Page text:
Earlier this morning, the police and military sealed off the streets around Parliament. In many countries that is the cue for panic and coups, but in Britain, it means pomp and ceremony.

It was a rehearsal, for more pomp and ceremony due to take place next week when The Queen will ride in her full majesty to Parliament and declare it open yet again for the politicians within the commence their bickering.

But first, a rehearsal so that new soldiers and sailors can learn the ropes, and older ones refresh their memories. At 3am, the blockade started with a few streets closed off, barriers erected, and in some places, police vans parked across the streets, just in case someone decided the barriers didn’t apply to them.


At 4am, the full closure came into effect. The final night bus left Whitehall, and the military took control. To the surprise of once cyclist who decided road blocks were for other people, and was promptly stopped and pulled over the metal barriers lining the pavements and sent — walking — back where he came from.

In the distance came the stomp of feet as soldiers and sailors came around the corner and marched up Whitehall to form the honour guards, and the traditional shuffling to make sure they are inch-perfect in placement.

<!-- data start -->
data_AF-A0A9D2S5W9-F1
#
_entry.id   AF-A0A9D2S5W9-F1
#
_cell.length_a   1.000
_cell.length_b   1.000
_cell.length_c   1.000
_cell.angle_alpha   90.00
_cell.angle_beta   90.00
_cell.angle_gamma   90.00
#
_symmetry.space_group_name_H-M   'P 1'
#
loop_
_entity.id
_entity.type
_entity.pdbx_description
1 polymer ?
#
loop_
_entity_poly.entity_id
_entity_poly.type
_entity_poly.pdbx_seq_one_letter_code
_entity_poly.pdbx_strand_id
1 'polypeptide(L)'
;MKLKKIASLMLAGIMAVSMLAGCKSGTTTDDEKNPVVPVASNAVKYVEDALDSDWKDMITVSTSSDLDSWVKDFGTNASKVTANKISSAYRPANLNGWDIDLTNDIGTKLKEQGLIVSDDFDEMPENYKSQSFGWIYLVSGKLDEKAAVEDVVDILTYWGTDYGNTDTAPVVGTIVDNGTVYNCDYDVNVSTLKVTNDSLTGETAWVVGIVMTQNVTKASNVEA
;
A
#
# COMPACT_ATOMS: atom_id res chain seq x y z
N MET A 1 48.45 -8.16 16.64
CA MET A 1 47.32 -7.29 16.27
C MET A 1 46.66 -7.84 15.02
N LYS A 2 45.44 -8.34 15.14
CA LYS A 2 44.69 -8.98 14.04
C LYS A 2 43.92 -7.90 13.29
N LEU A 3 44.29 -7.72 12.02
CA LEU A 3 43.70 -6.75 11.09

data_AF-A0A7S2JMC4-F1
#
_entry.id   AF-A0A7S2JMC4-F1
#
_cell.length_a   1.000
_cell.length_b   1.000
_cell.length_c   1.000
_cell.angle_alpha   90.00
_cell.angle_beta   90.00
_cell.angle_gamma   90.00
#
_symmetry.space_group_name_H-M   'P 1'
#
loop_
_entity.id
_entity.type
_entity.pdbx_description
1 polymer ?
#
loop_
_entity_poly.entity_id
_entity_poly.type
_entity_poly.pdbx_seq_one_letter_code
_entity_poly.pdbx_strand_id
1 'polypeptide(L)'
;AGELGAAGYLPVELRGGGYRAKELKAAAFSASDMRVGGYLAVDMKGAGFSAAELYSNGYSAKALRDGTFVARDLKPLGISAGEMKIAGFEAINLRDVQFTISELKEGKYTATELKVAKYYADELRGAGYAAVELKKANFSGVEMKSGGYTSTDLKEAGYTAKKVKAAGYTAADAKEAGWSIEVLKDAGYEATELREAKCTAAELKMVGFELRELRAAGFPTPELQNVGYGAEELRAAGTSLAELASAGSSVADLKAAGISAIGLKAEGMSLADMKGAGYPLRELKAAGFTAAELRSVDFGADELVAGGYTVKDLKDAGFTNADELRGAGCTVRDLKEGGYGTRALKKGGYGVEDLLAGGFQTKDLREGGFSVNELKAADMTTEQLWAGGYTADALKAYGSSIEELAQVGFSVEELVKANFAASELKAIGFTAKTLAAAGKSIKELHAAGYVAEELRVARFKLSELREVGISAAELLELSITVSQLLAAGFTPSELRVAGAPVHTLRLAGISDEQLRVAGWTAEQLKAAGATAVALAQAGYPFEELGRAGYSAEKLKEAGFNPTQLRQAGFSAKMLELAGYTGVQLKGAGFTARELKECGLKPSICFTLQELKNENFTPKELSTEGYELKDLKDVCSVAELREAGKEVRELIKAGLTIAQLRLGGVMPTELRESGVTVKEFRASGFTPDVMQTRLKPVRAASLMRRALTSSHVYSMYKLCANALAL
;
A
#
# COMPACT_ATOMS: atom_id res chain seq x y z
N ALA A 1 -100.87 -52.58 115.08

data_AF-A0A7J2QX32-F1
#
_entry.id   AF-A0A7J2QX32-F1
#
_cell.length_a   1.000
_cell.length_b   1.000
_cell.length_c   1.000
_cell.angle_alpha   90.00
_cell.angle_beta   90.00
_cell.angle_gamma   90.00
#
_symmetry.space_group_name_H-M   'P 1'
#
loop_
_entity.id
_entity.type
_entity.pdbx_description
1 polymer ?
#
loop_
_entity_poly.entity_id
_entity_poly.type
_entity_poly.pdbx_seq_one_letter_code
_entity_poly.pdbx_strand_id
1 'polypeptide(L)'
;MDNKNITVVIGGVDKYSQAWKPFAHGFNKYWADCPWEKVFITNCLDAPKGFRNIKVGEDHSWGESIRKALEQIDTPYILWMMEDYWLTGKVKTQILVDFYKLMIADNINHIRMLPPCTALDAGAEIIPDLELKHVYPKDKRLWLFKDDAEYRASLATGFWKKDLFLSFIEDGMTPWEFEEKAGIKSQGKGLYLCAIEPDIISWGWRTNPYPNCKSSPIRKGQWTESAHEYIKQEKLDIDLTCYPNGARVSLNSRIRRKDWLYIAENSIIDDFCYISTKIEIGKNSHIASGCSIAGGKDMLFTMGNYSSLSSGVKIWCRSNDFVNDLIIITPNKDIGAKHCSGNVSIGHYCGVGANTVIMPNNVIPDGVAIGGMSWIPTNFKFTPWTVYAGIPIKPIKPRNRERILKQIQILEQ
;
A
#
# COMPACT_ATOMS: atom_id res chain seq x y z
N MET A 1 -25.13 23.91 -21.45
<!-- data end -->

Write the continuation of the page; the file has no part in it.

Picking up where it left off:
It’s however the carriages and the horse escort that always gets the crowds attention at these events, and even if this morning barely a handful of people were around to see, it was still a spectacular sight as hundreds of mounted horsemen cantered down Whitehall towards Parliament.


Along a flow of carriages, empty this morning, but next week carrying The Queen, the Imperial State Crown and various other less royals and dignitaries.

And after a brisk turn around at Parliament, they all came back again.

Barely a few moments as they pass by, but always worth the noise and spectacle. By 6am it was all over, sun risen, and the second army of street cleaners arrived to remove what horses always leave behind.


And next week you can see the whole thing again, but with thousands of other people blocking your view.

Some more photos from the morning















Commercial rights to the photos available here.


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One comment
  1. The Duke of Waltham says:

    I don’t suppose the bell ringers of St Margaret’s saw the need to join the rehearsal at 5 am! Then again, I don’t know how many people they would have woken up had they chosen to do so, considering the location.

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